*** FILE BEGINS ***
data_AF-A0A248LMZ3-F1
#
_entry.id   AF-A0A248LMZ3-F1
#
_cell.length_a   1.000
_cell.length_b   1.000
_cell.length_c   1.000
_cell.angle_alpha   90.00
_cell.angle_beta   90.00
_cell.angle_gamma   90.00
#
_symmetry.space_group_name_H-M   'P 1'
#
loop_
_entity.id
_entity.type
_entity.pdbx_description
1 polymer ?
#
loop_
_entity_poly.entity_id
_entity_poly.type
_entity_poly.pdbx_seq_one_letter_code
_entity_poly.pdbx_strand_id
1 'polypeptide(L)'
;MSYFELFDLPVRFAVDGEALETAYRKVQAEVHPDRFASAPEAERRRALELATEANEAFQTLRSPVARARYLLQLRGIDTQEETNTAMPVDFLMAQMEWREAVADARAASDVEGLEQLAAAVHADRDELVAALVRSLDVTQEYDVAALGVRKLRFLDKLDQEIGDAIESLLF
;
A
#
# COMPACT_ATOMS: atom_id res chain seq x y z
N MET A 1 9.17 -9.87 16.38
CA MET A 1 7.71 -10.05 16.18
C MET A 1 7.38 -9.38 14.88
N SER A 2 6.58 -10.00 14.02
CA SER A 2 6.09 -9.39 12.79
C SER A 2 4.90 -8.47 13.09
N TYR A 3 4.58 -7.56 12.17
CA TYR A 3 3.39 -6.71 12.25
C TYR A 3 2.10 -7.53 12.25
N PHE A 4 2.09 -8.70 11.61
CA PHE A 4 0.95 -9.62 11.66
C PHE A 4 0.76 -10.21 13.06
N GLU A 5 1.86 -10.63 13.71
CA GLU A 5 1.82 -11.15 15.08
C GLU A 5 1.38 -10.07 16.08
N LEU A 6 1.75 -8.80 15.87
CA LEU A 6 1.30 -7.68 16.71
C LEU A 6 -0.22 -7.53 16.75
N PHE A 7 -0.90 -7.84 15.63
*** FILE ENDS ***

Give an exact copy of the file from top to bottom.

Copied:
data_AF-A0A248LMZ3-F1
#
_entry.id   AF-A0A248LMZ3-F1
#
_cell.length_a   1.000
_cell.length_b   1.000
_cell.length_c   1.000
_cell.angle_alpha   90.00
_cell.angle_beta   90.00
_cell.angle_gamma   90.00
#
_symmetry.space_group_name_H-M   'P 1'
#
loop_
_entity.id
_entity.type
_entity.pdbx_description
1 polymer ?
#
loop_
_entity_poly.entity_id
_entity_poly.type
_entity_poly.pdbx_seq_one_letter_code
_entity_poly.pdbx_strand_id
1 'polypeptide(L)'
;MSYFELFDLPVRFAVDGEALETAYRKVQAEVHPDRFASAPEAERRRALELATEANEAFQTLRSPVARARYLLQLRGIDTQEETNTAMPVDFLMAQMEWREAVADARAASDVEGLEQLAAAVHADRDELVAALVRSLDVTQEYDVAALGVRKLRFLDKLDQEIGDAIESLLF
;
A
#
# COMPACT_ATOMS: atom_id res chain seq x y z
N MET A 1 9.17 -9.87 16.38
CA MET A 1 7.71 -10.05 16.18
C MET A 1 7.38 -9.38 14.88
N SER A 2 6.58 -10.00 14.02
CA SER A 2 6.09 -9.39 12.79
C SER A 2 4.90 -8.47 13.09
N TYR A 3 4.58 -7.56 12.17
CA TYR A 3 3.39 -6.71 12.25
C TYR A 3 2.10 -7.53 12.25
N PHE A 4 2.09 -8.70 11.61
CA PHE A 4 0.95 -9.62 11.66
C PHE A 4 0.76 -10.21 13.06
N GLU A 5 1.86 -10.63 13.71
CA GLU A 5 1.82 -11.15 15.08
C GLU A 5 1.38 -10.07 16.08
N LEU A 6 1.75 -8.80 15.87
CA LEU A 6 1.30 -7.68 16.71
C LEU A 6 -0.22 -7.53 16.75
N PHE A 7 -0.90 -7.84 15.63